Sawan Bhadon

Traditionally, the monsoon is supposed to span the months of Sawan and Bhadon. We are at the beginning of Bhadon now, so one should expect rain for about a month more. It had been raining almost constantly through the last week of Sawan, but on the 4th of Bhadon the rain let up for a while. The Family and I put on our walking shoes and dashed out of the house.

Perhaps others did not have cabin fever like us, or maybe they were still dithering. Whatever the reason, we saw few people on the walk. In other years at this time we would have been planning a long drive and monsoon walks in the ghats, looking for wildflowers. This year I have to make do with photos of weeds growing on the lawn. I like weeds; you get more butterflies visiting them. They (the butterflies) usually begin to emerge around this time, but I suppose those which emerged in the last few days would have drowned in the rain. I guess those which pupate later will have a better time.

The heavy rain had not removed all flowers from stalks. On some hedges along the paths I could see flowers still managing to catch the sun. In the photo above, you see a typical sight: leaves heavy with pooled drops of water, flowers peering up from among them. Exactly fifty years ago a completely forgettable movie was released: Sawan Bhadon. The only reason it isn’t totally forgotten is that it introduced one of the super stars of that time, Rekha. She is likely to be over seventy now (contrary to press releases), but every now and then newspapers still write about her.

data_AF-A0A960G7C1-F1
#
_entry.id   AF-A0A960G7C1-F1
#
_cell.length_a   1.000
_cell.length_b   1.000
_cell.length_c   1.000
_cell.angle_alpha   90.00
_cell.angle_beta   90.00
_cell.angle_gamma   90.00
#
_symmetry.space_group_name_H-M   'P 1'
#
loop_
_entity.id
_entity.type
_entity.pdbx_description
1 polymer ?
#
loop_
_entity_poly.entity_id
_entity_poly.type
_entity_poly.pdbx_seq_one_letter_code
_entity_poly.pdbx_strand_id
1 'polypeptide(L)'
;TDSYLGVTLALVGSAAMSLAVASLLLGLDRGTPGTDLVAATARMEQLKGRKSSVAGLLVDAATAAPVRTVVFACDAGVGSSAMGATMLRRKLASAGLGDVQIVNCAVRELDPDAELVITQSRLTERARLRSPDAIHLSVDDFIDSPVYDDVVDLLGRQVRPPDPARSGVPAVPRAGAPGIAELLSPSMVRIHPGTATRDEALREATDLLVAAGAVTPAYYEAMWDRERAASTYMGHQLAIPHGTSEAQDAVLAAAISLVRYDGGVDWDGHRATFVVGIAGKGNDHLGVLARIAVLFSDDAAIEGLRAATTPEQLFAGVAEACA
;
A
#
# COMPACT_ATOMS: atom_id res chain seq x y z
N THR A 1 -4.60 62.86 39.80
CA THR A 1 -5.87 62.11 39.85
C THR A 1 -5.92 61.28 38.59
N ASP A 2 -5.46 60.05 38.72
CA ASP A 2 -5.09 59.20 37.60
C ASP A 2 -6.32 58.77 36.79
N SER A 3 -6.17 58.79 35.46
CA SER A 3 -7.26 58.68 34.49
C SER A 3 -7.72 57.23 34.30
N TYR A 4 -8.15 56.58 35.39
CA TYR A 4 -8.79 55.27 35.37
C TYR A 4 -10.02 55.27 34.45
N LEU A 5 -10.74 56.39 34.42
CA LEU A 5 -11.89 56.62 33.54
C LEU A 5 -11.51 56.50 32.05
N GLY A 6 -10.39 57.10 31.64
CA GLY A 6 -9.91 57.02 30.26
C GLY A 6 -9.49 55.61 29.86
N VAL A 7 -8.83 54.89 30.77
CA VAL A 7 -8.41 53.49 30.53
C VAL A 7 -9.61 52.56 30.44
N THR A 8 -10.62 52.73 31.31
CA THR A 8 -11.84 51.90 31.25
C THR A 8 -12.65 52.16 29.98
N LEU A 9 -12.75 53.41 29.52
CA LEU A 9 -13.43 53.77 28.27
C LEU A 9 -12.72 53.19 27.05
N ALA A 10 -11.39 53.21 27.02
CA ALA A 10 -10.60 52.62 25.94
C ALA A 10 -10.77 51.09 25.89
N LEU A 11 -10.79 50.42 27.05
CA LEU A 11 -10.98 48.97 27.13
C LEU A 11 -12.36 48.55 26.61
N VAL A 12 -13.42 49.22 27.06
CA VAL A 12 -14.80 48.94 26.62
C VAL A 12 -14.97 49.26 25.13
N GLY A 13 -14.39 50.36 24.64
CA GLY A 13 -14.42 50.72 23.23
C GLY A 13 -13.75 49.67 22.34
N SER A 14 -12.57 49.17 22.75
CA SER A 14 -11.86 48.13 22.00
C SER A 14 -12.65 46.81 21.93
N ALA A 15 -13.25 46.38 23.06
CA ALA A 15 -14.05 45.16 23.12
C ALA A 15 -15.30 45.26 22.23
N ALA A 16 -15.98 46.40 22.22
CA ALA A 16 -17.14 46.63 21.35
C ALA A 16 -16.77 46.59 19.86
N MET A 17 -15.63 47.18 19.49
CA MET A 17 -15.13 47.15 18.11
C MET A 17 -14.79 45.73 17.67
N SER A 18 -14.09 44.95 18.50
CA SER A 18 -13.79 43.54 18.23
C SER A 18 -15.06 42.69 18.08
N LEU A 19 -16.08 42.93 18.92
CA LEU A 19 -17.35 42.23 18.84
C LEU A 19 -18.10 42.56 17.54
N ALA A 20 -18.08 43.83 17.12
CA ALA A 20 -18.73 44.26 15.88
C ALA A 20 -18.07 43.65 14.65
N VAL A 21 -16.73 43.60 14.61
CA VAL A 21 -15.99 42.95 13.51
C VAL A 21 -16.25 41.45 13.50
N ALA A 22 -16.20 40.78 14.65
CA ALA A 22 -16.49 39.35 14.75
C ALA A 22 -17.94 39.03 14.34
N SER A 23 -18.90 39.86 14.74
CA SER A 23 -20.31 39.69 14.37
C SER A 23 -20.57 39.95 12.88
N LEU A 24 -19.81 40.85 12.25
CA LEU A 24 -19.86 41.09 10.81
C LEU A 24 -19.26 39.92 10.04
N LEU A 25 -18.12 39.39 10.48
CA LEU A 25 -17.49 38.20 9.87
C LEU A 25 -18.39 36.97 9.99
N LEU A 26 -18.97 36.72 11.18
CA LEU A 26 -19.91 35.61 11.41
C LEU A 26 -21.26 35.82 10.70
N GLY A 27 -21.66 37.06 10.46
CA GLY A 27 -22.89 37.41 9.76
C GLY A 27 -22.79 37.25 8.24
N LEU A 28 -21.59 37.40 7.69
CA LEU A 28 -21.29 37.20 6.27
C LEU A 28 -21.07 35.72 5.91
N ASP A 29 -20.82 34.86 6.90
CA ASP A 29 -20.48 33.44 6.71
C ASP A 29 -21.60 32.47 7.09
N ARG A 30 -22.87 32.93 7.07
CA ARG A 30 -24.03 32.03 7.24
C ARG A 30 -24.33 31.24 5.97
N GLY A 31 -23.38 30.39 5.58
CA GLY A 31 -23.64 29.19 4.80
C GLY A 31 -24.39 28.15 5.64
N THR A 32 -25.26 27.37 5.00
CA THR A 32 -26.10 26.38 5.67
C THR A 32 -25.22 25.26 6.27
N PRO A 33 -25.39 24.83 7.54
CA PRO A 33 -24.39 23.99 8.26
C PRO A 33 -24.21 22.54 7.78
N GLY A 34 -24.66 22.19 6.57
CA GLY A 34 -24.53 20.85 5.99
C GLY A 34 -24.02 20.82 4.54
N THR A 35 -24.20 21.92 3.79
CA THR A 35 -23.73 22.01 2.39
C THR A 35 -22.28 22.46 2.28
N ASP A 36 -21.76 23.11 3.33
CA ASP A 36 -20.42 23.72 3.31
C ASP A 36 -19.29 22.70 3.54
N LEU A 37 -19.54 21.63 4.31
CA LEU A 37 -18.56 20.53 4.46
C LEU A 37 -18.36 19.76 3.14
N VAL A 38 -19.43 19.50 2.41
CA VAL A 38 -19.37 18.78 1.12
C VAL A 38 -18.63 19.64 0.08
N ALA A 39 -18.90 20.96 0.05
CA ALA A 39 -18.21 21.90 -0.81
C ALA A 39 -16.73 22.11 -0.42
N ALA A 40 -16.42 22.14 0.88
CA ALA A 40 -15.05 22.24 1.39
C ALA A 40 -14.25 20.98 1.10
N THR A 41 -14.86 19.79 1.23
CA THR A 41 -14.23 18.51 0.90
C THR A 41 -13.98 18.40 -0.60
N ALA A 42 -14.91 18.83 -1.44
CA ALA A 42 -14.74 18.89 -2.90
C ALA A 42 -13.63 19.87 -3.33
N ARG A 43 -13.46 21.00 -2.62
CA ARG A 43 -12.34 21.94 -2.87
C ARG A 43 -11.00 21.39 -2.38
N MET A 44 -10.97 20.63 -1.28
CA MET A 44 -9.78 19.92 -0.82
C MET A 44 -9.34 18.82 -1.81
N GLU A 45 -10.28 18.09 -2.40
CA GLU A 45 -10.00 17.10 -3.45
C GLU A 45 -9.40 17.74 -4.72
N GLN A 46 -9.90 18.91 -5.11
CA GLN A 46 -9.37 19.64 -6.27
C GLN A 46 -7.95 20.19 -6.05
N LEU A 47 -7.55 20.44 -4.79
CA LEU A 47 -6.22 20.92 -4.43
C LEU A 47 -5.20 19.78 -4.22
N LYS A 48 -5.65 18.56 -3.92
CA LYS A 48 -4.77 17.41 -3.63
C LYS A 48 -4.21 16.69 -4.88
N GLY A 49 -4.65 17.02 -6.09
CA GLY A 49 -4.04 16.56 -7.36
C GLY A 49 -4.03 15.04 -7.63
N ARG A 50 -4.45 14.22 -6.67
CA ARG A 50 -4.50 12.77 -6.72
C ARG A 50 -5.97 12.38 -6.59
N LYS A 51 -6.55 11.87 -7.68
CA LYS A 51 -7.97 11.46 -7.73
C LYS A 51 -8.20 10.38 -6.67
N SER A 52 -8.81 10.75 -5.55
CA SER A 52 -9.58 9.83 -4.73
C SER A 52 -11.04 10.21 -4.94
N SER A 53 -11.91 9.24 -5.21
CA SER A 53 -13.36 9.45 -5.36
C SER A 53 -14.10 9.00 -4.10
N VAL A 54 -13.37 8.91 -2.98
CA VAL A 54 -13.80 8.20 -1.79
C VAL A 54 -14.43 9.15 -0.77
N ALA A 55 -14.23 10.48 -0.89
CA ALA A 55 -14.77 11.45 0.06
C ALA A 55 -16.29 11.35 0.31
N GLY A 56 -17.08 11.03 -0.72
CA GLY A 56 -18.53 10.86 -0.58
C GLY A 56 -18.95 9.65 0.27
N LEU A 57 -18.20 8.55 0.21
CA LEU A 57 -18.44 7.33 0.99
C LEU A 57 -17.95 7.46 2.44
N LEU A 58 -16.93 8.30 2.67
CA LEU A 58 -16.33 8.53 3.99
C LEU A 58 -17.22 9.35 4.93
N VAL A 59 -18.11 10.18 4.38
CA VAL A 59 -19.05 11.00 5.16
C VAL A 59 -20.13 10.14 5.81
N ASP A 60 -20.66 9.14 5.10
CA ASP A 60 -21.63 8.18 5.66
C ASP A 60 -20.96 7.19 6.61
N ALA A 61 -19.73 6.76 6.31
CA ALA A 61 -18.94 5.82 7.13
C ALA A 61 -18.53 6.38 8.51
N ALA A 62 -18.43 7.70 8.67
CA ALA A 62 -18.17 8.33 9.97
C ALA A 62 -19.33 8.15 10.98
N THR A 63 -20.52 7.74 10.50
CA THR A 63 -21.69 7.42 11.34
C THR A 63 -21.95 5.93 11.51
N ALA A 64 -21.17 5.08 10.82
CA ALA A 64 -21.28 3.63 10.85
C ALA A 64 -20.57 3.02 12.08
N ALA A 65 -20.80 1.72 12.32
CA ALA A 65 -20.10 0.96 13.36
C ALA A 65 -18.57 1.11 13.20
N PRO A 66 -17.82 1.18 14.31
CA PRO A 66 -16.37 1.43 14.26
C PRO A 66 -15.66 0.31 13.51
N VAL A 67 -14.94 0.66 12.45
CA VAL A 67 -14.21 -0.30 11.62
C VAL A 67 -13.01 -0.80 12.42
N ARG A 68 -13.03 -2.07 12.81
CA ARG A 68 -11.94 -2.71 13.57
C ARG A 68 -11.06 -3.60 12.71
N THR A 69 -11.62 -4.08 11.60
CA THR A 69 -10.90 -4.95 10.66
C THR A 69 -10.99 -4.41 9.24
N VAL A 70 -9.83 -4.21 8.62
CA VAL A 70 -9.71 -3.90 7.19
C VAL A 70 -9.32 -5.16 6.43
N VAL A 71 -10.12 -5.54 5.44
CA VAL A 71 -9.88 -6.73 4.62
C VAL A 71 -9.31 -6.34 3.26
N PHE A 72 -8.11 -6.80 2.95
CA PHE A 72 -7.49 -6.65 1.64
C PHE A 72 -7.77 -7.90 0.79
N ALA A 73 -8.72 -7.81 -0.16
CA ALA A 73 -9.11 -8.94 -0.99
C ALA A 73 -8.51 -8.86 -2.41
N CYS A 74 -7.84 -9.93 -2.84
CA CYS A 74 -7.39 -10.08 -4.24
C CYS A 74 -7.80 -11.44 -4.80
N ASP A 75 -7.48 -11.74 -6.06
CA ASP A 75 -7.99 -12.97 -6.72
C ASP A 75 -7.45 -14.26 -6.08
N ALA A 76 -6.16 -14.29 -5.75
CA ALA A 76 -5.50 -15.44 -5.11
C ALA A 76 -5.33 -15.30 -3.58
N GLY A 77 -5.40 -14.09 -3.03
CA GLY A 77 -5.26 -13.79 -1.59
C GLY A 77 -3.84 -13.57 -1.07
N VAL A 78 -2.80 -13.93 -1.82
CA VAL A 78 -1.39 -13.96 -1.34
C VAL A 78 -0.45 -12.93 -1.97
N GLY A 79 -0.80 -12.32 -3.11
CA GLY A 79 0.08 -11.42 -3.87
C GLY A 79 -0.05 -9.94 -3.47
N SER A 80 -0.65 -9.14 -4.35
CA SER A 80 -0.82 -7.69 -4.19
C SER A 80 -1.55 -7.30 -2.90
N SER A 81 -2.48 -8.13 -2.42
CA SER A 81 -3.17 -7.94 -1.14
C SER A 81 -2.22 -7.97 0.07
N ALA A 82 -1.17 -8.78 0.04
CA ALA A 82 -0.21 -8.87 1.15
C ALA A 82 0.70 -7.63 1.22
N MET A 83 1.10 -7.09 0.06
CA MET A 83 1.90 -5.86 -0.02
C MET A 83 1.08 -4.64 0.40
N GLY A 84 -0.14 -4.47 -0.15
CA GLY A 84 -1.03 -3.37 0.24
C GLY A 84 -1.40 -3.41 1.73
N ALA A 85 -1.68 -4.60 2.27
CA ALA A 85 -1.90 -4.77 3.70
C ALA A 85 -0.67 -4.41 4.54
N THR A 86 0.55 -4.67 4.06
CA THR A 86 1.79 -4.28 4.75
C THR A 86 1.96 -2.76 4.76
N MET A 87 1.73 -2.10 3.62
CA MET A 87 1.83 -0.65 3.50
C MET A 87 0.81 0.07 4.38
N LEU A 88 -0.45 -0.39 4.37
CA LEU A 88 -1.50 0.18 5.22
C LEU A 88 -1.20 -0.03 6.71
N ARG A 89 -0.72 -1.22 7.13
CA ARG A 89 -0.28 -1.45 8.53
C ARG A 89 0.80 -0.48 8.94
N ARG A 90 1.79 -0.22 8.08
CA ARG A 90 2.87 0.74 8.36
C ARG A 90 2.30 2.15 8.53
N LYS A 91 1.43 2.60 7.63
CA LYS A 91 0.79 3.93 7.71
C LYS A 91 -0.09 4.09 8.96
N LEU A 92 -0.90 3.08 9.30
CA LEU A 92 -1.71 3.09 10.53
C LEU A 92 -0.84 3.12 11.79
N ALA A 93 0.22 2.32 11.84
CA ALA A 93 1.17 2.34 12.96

At one point on our walk sunlight found a little gap in the clouds and landed just in front of us. The effect was so dazzling that I stopped and took this photo. The long days of rain had brought down so many leaves; they were rotting into mulch now. This is the light of monsoon, astronomical summer. So beautiful when you get to see it.

The future is another place

I sat in a crowded and noisy food court in an airport. I’d just found that my flight was delayed by over an hour, making it certain that I would miss my connection and therefore reach home only in the early hours of the morning. I didn’t feel like working, so I got myself a large beer. The last time I passed through this airport, almost a year ago, the whole clan was here, and our chatter must have added to the white noise which I now noticed around me. I’d spent the clan holiday taking group portraits posed as action movie posters. But I’ll not bore you with reminiscences. If you bear with me, I propose to bore you with a rant.

I sat and stared at a large TV screen. For some reason it was playing a non-Bollywood Hindi karaoke. The lyrics scrolled across the screen as some half-familiar female model appeared in beautiful locations: “I was sent from heaven for you.” The horrible story which had dominated headlines for the last week was in my mind: a young doctor abducted from a road, gang raped and burnt to death.